Low blood sugars have become moments that scare me more now than they did when I was younger, mostly because the symptoms of my lows have all but disappeared until I’m deep into the 40’s. It’s shocking to my system to have that gentle lag and foggy confusion suddenly open into the abyss of a properly symptomatic low, bringing about the sweat and shaking, confusion and disorientation.
But lately, I’ve been thinking about how lucky I am to have the ability to go low. Hear me out on this … it makes sense in the long run.
During the course of any given day, I’m able to deliver a basal rate of insulin that keeps my blood sugars under control, and I can take a bolus of insulin to cover any meals I’m eating. I have the option to correct a blood sugar of 140 mg/dL back down to 100 mg/dL with precision dosing from an insulin pump, insulin pen, or even a syringe. I can micro-manage my blood sugars throughout the day in efforts to achieve an A1C and time-in-range that gives me the best chance of good health for a long time.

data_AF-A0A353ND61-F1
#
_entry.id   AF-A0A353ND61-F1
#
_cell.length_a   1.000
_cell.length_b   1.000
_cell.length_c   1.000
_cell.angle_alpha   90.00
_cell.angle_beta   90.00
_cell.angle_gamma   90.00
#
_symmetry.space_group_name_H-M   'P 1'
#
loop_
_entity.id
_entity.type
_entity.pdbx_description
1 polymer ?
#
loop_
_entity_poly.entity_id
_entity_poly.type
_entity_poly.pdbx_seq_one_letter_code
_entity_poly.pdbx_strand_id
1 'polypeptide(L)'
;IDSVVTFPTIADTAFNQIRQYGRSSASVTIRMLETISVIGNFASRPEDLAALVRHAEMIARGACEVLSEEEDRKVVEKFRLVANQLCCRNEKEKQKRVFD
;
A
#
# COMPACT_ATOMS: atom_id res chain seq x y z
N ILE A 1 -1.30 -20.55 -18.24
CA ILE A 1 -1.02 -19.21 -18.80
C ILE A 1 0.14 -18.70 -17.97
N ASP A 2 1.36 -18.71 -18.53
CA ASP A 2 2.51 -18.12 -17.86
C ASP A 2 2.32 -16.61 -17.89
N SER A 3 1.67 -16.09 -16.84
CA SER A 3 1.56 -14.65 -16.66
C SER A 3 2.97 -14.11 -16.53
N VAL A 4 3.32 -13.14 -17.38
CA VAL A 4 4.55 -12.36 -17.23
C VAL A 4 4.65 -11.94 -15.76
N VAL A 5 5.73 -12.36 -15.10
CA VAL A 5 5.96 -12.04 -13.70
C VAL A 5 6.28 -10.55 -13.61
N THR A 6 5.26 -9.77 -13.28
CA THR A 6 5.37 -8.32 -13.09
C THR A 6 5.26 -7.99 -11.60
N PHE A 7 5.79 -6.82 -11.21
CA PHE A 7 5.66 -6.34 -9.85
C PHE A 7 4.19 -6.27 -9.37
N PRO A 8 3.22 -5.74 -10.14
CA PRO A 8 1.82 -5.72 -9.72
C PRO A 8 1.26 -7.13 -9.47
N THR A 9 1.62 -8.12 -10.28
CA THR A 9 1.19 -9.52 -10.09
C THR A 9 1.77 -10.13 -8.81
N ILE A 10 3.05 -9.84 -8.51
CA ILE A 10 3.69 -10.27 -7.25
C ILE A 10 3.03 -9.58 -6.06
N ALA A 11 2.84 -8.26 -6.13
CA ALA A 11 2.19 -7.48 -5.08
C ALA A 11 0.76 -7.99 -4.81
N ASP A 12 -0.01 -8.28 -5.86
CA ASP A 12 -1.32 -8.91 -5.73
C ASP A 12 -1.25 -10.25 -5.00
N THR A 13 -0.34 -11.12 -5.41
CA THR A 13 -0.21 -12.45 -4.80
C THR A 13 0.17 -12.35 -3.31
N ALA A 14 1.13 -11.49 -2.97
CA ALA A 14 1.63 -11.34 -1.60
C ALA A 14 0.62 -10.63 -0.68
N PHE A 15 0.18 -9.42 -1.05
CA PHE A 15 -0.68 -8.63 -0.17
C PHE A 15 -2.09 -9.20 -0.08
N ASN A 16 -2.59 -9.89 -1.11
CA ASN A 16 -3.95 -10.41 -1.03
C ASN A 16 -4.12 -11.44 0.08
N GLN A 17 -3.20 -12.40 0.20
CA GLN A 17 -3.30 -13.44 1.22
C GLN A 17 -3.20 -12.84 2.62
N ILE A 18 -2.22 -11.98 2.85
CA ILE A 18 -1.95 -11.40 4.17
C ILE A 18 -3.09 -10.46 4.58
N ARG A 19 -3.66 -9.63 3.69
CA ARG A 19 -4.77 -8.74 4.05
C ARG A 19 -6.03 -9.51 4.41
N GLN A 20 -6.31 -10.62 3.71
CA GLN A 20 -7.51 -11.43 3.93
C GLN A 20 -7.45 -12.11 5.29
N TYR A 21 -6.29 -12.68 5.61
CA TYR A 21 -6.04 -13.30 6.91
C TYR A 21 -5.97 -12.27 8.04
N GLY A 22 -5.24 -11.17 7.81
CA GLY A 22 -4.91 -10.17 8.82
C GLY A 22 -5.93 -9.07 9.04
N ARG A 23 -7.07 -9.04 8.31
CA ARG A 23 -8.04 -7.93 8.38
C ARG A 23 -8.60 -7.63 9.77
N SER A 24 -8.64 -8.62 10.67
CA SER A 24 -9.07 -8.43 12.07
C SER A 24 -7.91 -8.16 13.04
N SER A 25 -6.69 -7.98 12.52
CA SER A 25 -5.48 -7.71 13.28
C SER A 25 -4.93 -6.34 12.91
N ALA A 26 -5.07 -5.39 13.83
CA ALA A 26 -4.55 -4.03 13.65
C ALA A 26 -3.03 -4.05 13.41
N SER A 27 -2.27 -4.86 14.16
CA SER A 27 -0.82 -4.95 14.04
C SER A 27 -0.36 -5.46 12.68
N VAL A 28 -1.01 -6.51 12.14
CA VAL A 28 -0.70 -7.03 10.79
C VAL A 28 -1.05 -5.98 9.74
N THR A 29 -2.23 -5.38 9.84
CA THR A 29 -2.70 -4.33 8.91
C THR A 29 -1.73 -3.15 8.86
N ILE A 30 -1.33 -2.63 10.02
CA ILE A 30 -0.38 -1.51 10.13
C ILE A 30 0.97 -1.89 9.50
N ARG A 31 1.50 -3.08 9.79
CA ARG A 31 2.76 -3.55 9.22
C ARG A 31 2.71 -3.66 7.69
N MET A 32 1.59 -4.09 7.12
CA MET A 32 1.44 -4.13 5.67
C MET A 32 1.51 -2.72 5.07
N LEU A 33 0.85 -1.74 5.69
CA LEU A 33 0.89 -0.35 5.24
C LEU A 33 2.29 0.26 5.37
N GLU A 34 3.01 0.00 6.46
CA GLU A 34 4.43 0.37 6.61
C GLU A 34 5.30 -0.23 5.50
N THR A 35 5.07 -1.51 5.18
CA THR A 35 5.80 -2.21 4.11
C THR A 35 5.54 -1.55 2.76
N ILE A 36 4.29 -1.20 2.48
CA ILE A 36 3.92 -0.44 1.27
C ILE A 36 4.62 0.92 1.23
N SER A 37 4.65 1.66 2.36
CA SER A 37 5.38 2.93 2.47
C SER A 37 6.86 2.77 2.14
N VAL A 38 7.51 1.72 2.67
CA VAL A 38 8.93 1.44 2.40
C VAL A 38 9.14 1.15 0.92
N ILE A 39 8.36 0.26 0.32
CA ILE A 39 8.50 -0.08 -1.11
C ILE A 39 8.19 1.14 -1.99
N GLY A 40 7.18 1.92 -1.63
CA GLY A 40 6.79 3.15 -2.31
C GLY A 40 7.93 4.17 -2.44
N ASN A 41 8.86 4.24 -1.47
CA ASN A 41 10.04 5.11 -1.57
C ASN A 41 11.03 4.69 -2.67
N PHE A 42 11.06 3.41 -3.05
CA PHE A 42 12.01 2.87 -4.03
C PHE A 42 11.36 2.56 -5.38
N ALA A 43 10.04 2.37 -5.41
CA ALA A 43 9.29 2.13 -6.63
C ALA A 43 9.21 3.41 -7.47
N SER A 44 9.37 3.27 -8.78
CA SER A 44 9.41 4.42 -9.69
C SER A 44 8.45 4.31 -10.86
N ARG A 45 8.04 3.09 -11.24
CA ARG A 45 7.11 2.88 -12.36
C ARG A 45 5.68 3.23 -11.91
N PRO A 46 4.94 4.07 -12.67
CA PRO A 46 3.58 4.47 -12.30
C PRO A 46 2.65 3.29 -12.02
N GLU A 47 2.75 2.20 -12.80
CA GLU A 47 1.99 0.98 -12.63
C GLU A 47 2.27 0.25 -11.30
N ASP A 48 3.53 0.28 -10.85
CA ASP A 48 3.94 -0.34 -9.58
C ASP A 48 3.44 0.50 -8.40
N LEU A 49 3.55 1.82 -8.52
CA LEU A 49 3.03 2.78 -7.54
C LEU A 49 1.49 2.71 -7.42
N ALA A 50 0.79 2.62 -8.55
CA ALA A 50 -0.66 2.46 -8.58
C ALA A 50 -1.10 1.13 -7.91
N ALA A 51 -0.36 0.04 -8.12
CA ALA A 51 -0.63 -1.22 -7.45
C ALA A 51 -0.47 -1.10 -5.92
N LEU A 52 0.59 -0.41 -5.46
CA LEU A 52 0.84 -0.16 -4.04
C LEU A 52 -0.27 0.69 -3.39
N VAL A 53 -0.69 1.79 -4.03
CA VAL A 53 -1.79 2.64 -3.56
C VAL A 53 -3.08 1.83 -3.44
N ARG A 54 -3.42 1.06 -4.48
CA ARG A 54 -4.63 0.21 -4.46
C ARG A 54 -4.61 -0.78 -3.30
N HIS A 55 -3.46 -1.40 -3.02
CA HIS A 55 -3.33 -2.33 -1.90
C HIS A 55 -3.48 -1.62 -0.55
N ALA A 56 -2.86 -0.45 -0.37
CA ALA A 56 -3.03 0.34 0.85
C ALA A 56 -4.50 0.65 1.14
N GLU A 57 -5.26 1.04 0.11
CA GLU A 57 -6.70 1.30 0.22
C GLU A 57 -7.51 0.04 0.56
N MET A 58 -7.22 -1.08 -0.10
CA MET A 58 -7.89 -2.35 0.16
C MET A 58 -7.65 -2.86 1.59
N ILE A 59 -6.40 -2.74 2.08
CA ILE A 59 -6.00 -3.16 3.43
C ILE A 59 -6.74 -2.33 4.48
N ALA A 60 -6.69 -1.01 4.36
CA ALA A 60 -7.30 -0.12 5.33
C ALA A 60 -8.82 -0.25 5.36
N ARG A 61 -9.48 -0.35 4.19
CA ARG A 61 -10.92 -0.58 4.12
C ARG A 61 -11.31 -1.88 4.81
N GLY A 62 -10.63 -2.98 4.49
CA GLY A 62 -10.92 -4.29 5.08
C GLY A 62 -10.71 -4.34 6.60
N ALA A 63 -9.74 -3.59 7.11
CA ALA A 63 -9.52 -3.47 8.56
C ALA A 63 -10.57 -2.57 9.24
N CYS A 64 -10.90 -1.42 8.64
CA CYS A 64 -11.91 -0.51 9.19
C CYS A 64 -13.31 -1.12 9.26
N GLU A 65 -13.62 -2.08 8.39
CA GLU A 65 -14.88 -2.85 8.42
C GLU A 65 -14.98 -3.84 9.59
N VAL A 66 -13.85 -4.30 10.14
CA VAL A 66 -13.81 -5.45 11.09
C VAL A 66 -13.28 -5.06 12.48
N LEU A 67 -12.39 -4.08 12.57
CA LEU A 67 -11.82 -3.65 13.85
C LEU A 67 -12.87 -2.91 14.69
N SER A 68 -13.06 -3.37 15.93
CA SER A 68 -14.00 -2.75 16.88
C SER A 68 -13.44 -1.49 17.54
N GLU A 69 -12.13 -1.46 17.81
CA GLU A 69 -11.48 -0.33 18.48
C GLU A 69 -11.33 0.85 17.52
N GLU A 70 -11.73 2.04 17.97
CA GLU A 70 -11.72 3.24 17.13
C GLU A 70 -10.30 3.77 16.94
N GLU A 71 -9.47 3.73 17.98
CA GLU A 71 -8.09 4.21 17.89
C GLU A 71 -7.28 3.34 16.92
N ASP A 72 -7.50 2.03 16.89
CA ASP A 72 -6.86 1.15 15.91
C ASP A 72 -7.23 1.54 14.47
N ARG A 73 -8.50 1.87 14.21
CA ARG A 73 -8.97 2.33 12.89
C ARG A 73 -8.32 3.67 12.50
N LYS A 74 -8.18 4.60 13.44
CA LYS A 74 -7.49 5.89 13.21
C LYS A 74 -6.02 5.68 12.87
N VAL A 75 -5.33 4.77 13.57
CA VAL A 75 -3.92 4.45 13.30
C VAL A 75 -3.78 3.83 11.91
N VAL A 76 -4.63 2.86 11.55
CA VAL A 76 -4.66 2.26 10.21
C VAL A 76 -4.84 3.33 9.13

It’s not a question of “will I or won’t I get insulin today?” My biggest worry is how in-range my numbers have been. Diabetes, no matter where you live, is not a pleasant disease, but in a country where my access to insulin is not a panic point, I realize how lucky I am.
And I know what I can do to help those who aren’t as lucky.
Yes, more of this Spare a Rose stuff. But you guys. It takes just a minute to make a donation to Spare a Rose, benefiting Life for a Child. Hang on … I just did it.
— Kerri / Diabetes (@sixuntilme) February 8, 2016
I made good on my promise to donate a rose for yesterday’s Super Bowl game (during which I paid little attention to the game itself and was a bit more confused by how many babies truly are credited back to Super Bowl shaggings). A five dollar donation is one full month of life for a child with diabetes in a developing country.